At the same hearing, Joshua Sharfstein, principal deputy commissioner at the U.S. Food and Drug Administration (FDA), said that, in one of the best studies researchers used molecular fingerprinting to follow an outbreak of drug-resistant bacteria: "You actually can trace the specific bacteria around and they find that the resistant strains in humans match the resistant strains in the animals."

New position

These strong statements opposing the practice represent a new U.S. government position on the issue. The FDA recently issued new guidance to the livestock industry recommending they stop using antibiotics as growth promoters.

"This is a very important event," says Jorgen Schlundt, head of food safety at the World Health Organization. "And it's actually following the guidance that WHO already gave out where we suggested that countries should actually stop using antibiotics as growth promoters."

Until now, only the European Union has followed the WHO's suggestion, banning the practice in 2006. Schlundt says it remains common in other major livestock-producing countries.

Recommendation or regulation?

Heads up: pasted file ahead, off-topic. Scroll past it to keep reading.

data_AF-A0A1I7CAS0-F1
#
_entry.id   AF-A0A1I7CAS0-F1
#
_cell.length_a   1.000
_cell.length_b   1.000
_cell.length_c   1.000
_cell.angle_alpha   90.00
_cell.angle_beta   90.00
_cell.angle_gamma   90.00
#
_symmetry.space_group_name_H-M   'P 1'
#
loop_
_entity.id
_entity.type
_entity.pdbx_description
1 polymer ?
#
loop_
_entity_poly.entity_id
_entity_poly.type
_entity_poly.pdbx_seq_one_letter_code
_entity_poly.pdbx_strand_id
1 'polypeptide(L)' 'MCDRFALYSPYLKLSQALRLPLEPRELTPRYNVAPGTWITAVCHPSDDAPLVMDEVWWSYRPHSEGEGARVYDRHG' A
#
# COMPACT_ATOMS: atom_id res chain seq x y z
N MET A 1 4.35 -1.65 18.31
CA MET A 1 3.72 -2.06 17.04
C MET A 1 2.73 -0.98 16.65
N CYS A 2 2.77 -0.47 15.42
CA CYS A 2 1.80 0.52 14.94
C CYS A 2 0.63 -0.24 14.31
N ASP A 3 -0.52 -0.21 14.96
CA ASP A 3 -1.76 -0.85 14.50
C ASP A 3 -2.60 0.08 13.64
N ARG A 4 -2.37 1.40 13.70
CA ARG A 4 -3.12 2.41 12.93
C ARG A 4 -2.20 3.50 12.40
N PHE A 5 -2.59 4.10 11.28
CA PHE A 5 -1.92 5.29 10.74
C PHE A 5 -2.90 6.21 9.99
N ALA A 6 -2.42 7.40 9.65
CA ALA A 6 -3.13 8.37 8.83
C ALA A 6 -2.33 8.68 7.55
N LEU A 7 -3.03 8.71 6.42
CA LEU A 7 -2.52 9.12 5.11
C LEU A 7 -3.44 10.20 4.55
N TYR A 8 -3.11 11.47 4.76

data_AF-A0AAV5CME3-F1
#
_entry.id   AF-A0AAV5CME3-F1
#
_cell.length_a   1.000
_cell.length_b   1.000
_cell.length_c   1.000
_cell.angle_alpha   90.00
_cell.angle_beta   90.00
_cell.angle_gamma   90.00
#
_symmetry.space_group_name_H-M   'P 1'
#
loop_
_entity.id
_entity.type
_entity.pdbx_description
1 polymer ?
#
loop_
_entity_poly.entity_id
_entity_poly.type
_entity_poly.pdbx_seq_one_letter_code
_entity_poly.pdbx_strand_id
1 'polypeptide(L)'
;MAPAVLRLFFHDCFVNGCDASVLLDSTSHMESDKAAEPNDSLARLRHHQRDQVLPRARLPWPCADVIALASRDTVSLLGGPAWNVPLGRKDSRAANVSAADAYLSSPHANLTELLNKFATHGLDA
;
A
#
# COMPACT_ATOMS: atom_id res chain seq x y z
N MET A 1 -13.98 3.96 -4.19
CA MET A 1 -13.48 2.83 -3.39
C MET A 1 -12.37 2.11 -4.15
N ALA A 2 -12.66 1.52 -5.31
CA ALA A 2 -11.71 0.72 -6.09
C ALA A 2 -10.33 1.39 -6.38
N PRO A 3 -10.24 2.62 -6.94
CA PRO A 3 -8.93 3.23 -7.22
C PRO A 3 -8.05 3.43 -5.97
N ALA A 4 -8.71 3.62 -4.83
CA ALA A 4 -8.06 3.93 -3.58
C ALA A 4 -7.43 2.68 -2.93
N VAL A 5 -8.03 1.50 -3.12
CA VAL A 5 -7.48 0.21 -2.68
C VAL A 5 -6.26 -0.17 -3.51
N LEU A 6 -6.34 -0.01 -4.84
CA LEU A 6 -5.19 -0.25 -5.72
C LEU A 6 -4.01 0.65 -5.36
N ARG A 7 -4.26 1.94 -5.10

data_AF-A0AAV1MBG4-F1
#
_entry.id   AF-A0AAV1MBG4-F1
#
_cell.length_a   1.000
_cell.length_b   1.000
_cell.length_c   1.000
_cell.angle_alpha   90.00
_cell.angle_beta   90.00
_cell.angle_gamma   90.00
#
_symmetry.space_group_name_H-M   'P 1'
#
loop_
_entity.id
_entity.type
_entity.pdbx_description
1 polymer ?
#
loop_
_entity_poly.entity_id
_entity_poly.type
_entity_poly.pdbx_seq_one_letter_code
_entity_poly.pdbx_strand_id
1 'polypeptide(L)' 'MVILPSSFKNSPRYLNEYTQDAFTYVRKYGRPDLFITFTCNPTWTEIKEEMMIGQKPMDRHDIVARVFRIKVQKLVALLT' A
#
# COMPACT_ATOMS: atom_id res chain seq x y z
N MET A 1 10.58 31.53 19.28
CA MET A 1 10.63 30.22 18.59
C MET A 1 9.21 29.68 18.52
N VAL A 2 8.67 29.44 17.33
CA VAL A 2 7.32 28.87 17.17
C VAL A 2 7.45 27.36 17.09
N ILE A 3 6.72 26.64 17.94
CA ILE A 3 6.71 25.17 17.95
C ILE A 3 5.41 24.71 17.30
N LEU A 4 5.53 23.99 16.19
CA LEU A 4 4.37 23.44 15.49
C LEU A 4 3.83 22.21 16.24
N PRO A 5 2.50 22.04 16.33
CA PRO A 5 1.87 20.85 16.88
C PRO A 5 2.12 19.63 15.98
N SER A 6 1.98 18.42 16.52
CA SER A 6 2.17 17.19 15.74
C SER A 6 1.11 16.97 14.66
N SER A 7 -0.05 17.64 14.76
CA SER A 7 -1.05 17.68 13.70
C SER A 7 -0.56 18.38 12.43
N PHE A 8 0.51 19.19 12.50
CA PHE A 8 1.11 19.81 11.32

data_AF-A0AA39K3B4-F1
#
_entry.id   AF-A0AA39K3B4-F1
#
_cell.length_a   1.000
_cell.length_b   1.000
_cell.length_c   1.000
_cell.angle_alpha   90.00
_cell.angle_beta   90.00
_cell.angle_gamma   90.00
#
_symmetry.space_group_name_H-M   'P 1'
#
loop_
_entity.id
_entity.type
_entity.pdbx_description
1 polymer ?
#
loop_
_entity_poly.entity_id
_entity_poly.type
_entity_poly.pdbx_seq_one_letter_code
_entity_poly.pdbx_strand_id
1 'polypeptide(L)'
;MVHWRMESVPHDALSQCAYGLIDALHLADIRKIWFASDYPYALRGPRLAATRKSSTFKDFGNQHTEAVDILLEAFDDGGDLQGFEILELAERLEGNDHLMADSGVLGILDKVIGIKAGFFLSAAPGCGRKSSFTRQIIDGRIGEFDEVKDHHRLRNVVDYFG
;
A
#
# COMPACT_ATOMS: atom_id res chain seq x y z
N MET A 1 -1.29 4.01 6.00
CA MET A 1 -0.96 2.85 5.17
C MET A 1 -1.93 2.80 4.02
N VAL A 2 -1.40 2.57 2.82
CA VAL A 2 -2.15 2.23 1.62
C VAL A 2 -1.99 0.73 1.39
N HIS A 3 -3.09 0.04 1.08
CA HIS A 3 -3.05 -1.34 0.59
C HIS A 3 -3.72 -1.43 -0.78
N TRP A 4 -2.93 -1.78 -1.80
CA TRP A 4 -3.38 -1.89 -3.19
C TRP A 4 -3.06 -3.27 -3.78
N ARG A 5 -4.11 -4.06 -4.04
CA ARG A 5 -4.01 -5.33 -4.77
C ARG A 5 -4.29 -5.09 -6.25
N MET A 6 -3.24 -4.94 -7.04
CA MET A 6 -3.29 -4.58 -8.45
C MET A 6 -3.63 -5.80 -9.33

While the FDA's recommendations are seen as a step in the right direction, they are voluntary. Critics say that's not enough.

Schlundt says while countries vary in their appetite for regulation, "In our experience, regulation is probably needed in an area like this."

But others say more regulation would be a mistake. The livestock industry and the nation's leading veterinarians' group says the antibiotics are helping to prevent animal disease, which ultimately makes the food supply safer.

University of Minnesota epidemiology professor Randall Singer says a ban could do more harm than good.

"If we were to pull those antibiotics from disease prevention, we will see disease," he says. "And my fear is, as we see more disease, we'll end up with more problems in our food supply."

The CDC's Ali Khan and the FDA's Joshua Sharfstein said that fear is unfounded.

Congress is considering legislation that would ban certain antibiotics from animal use. But it faces strong opposition from farm-state lawmakers, and even its supporters say Congress is unlikely to pass the measure this year.